Meehan can also figure out how to make firms that have contact with clients, like mutual fund companies, do the work instead of him. And he can charge an extra fee on C clients for services he makes a pittance doing (such as transferring funds from one account to another or on phone consultations). What will happen is, over time, they will stop phoning and he will train them to call the company themselves. He should send a letter to clients introducing the change, so they're not taken by surprise. Then, when they call, his staff will ask what they'd rather do. They can make it look like they're saving the client money.

He also has to put together a marketing strategy with what we call a target 150 — the 150 people in his town he wants to turn into clients in the next two years — and start building a dossier on them. At the same time, he needs to approach clients who fit his ideal demographic with a prepared referral pitch, asking them to refer new accounts that are just like them.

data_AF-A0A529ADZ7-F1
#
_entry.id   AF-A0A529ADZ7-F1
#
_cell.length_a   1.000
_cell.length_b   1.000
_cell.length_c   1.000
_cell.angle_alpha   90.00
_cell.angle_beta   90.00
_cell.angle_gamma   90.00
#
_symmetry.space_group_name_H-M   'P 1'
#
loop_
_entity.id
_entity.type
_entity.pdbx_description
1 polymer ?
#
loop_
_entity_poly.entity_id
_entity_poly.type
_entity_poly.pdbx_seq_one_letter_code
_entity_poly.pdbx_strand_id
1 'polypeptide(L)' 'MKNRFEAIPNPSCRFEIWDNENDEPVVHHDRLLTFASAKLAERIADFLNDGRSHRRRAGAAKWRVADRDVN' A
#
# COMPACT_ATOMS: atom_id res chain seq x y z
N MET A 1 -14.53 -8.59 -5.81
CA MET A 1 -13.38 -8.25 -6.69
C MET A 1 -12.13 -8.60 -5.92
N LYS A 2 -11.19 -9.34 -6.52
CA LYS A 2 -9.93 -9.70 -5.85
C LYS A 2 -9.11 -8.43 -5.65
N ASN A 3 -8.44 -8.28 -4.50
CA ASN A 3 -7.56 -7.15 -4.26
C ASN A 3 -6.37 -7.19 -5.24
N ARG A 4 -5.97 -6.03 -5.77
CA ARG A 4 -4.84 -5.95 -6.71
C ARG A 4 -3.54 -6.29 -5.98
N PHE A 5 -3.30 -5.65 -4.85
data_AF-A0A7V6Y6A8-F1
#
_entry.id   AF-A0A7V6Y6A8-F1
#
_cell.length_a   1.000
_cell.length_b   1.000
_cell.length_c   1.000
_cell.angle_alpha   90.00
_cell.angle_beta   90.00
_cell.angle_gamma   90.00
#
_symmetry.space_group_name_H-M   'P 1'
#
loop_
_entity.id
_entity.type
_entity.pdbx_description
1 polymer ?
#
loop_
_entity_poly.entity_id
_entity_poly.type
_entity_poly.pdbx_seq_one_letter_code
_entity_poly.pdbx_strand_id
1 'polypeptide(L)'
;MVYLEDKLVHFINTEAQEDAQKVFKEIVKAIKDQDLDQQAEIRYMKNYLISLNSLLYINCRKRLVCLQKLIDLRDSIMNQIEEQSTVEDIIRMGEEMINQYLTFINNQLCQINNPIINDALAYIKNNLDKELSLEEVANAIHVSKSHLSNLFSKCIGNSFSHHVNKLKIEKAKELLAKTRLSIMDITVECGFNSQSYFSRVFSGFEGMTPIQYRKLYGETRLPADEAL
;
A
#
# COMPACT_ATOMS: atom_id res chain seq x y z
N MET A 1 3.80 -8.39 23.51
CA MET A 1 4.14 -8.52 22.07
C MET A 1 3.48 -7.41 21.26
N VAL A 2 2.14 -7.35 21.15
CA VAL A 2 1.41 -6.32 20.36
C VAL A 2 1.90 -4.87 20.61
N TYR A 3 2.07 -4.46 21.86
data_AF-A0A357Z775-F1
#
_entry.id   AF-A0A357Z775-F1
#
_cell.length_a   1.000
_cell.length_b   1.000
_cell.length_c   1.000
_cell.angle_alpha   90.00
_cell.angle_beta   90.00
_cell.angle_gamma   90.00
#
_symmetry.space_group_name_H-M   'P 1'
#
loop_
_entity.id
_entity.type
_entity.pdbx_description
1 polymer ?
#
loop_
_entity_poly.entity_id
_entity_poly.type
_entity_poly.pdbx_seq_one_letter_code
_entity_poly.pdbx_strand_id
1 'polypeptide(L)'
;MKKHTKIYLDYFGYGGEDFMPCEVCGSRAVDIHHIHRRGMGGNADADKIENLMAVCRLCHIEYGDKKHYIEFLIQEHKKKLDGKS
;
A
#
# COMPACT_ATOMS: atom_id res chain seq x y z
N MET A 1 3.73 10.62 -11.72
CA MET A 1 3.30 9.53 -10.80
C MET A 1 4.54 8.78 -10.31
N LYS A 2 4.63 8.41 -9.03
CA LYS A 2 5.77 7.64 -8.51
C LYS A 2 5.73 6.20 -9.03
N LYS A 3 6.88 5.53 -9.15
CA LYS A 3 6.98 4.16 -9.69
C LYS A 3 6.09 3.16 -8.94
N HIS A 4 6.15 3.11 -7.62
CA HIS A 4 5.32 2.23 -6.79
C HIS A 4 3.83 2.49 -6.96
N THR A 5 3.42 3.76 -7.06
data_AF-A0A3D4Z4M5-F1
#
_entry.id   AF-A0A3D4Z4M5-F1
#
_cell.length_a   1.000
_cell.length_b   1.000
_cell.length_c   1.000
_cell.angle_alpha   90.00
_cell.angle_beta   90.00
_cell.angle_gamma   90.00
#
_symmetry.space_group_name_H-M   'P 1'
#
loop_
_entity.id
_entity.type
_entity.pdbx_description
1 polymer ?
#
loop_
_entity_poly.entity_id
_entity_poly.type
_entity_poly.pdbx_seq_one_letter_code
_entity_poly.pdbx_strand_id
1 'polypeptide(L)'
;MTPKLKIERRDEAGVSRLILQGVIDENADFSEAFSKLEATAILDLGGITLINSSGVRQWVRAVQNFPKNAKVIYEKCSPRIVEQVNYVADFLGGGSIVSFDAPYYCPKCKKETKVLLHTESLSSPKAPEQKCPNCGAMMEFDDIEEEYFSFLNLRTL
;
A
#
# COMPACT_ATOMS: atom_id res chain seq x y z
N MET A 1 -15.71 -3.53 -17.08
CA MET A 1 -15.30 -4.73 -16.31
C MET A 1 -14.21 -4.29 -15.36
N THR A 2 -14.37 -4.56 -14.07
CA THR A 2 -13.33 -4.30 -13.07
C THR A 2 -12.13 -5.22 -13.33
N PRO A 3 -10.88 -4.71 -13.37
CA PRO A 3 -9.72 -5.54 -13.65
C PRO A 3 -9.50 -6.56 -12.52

Still, I think Meehan's target market is too broad. Niche marketing is always better. Most successful clients I coach who, say, cater to the doctor market, will become even more specialized — only dealing with surgeons, for example. They have that market locked up. If he's going with closely held business owners, then what kind of business owners are they? A person with five to 10 employees has a completely different mindset from someone with 25 to 50 people. If he works with one executive at a particular company, by the time he gets five more, he'll have already created a template for them, saving him a tremendous amount of money and time.

He has to figure out three to five niches he can get into. Then he'll be able to transform his business into a profit machine.

Hide comments


  • Allowed HTML tags: <em> <strong> <blockquote> <br> <p>

Plain text

  • No HTML tags allowed.
  • Web page addresses and e-mail addresses turn into links automatically.
  • Lines and paragraphs break automatically.